Marriage means charting new financial waters
Compromise, planning, are keys to a successful voyage
By Mary Novak
If you are newly married, or getting married in the near future, you will soon discover, if you haven't already, that deciding how to manage your finances together is a major challenge. With dual incomes, dual checkbooks, dual credit cards and, many times, dual student loans, household budgeting can become a nightmare. Your income becomes our income.
Compromise is the key. You will come together with different ideas about money and how you can spend it. Listen to your spouse's ideas and consider all of your needs and some of your wants. The key is matching the amount of money coming in, with the amount of money going out. If you spend more than is coming in, you will begin to accumulate debt. The more debt you accumulate, the less spendable income you will have.
There are many ways to deal with all of this. I will look at it with the following in mind: "How can we manage our finances, pay our monthly bills, and not create more debt than is absolutely necessary?"
There are three important areas to look at as you make your married spending plan:
First, you will need to figure out exactly how much spendable income you have together.
Next, look at what outstanding debts you have.
Last, but probably most important, what kind of monthly expenses do you have?
Let's talk about each of these areas individually.
First, look at spendable income. You will want to figure out how much income you will have to work with each month. If you have a 401k and medical flex plans, decide how much you want to contribute. Be cautious. You can always increase those amounts the next year.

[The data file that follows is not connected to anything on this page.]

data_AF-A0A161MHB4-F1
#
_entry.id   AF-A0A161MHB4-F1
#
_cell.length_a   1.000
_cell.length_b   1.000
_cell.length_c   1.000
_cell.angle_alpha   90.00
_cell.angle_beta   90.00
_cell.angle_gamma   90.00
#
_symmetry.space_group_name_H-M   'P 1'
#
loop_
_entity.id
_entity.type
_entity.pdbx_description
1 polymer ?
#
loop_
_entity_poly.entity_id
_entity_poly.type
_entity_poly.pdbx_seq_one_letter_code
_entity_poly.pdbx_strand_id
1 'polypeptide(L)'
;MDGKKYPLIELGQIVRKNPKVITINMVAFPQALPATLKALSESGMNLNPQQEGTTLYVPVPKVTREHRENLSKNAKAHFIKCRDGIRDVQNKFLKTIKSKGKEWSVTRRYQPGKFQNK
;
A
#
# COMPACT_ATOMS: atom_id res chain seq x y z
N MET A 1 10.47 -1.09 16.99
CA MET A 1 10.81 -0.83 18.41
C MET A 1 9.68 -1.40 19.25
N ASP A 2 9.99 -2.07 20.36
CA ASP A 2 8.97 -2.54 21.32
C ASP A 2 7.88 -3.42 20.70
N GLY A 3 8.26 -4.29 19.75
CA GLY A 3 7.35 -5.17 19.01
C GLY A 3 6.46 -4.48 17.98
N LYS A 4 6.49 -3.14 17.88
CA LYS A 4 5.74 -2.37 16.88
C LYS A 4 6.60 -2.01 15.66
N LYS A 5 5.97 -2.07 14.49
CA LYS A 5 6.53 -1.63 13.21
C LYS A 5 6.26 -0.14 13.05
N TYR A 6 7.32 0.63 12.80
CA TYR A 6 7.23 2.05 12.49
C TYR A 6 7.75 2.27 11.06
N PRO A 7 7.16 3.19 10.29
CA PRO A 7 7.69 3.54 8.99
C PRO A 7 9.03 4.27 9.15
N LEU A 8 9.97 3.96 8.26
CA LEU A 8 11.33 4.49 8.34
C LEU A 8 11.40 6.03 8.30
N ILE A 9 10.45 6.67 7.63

I often encounter clients who are saving the maximum in a 401k because the employer matches a certain percentage. It is a wonderful benefit, but if you are saving so much that you don't have enough left to live on, it can be a problem. You don't want to be creating debt each month because you save too much. If you can afford the maximum, go for it. The more you save, at a younger age, the more time it has to grow into something substantial for retirement.
Next you will want to make a list of all of your outstanding debts, other than car and mortgages. List each debt, the balance you owe, and the monthly payment and interest rate. The sooner you pay off these debts, the more spendable income you will have. If you continue to make the same payments, even though the amount requested drops, as credit cards will, you will begin to make headway on paying off your debts. If you pay off debt, you will have more spendable income.
Now we come to the difficult part: listing your monthly expenses. Some are fixed, such as rent or mortgage and car payments. Some of you will have to go back a few months and take an average to see what they cost monthly, such as heat, phone and cable.
You may have bills that come quarterly, such as car insurance or the water bill. Divide these by three to see how much you need to save each month so you're prepared when they come. Anything that you can put on a budget plan helps.
Food, entertainment, gas, donations and miscellaneous items also need to be figured in. Consider using cash for these items. If you intend to stay out of debt, you will want to consider how much you want to save each month for clothes, gifts, vacations, subscriptions, medical expenses, household needs (appliances, furniture, repairs) and car repairs. If there is also enough to begin saving for a home or your next car, you are doing great.
Again, the key is to match the amount of money coming in, with the amount of money going out. If you are having a difficult time putting a plan together, seek help.
There are budget counselors available through diocesan Catholic Charities in Green Bay, Menasha, Oshkosh, Manitowoc, New London and Sturgeon Bay. For more information, call Catholic Charities, toll-free, at 1-877-500-3580, ext. 8234.
(Novak is a consumer credit counselor with Catholic Charities, Green Bay.)